It is with regret that the Niagara Health System (NHS) reports the deaths of three patients who tested positive for C. difficile.
One patient passed away earlier this week at the Niagara-on-the-Lake Site, and two patients passed away last night at the St. Catharines General Site.
“We care deeply about our patients, and on behalf of all of the hospital’s physicians, nurses, staff and volunteers, I would like to extend our sincere condolences to the families and friends of these patients at this extremely difficult time,” says Dr. Joanna Hope, Interim Chief of Staff. “These patients had serious underlying health issues and also tested positive for C. difficile. The deaths will be reviewed to determine what role C. difficile had or did not have in their deaths. The patient deaths have also been reported to the Coroner.”
The hospital will make public the results of the reviews of all C. difficile-related deaths once meetings with the patients’ families are complete. Twenty deaths related to C. difficile have now been reported since the outbreak began at the St. Catharines General Site on May 28. Outbreaks were declared June 23 at the Greater Niagara General andWellandsites. There have been 12 deaths at the St. Catharines General, four deaths at Greater Niagara General, three deaths at the Welland Site and one death at the Niagara-on-the-Lake Site (which is not in outbreak).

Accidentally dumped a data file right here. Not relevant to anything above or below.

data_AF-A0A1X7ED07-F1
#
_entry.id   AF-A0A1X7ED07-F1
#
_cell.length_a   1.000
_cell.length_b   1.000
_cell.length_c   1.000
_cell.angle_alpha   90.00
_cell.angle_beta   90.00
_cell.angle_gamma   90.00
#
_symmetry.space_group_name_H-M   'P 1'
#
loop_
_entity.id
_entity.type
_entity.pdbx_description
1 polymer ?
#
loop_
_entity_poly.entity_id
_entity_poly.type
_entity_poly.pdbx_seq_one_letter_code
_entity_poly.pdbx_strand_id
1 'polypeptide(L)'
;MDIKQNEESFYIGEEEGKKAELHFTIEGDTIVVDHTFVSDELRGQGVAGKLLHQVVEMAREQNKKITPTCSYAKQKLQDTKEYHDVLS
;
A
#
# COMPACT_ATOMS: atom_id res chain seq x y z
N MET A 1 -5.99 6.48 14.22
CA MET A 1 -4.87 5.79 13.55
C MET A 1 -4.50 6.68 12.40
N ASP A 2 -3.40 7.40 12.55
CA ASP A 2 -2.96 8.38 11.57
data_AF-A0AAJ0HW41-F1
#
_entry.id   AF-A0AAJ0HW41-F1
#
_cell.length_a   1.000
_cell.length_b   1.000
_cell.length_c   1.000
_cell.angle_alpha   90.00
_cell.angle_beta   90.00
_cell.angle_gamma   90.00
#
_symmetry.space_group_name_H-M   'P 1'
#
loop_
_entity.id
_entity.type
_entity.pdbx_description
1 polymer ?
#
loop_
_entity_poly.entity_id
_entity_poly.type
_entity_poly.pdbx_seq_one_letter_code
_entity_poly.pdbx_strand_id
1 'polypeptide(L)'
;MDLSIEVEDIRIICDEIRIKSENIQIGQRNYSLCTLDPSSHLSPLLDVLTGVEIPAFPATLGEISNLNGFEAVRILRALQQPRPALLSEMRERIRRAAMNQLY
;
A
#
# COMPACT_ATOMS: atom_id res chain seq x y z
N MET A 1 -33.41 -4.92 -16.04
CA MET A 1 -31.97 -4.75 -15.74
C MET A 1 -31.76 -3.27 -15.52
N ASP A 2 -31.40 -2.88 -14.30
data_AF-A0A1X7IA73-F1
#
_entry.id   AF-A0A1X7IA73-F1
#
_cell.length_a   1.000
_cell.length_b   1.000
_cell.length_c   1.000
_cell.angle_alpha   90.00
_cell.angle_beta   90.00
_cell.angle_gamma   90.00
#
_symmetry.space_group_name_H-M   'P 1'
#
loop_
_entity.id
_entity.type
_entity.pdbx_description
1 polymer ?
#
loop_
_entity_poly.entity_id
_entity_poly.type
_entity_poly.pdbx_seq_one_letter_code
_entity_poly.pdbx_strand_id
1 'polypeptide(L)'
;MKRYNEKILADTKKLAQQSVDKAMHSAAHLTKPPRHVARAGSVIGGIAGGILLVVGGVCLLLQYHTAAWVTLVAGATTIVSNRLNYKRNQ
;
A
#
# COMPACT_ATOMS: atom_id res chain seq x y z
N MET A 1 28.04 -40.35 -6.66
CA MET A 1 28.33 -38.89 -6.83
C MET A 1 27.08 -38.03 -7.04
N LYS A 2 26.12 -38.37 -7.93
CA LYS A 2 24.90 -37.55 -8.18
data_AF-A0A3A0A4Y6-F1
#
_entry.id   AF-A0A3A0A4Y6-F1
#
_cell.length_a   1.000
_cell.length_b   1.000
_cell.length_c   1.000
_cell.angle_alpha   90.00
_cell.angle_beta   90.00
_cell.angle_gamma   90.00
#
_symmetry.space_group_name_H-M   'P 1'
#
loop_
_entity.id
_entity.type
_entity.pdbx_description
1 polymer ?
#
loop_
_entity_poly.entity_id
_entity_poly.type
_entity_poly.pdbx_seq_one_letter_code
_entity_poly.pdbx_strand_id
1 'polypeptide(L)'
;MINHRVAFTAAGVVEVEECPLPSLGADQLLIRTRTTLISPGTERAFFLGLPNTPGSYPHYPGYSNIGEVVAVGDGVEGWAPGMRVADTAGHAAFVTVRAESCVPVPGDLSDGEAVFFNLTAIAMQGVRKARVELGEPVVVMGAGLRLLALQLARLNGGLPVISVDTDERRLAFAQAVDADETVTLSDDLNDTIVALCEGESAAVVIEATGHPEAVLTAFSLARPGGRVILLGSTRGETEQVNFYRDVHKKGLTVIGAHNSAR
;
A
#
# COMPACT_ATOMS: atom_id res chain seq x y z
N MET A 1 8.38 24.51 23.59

“We are committed to ending the outbreaks as quickly as possible and are going above and beyond infection prevention and control standards to do so,” says Dr. Hope. “We continue to work closely with Niagara Region Public Health to manage the outbreaks and are accessing expert resources for their advice and assistance.”
What is C. difficile?
Clostridium difficile (C. difficile) causes diarrhea and is one of the most common infections in hospitals and long-term care facilities. People most at risk after exposure are typically of advanced age, and with underlying illnesses such as inflammatory bowel disease or immunodeficiency, who are also taking antibiotics. Antibiotics kill off the “good bacteria” in the bowel and allow the C. difficile to flourish and cause illness.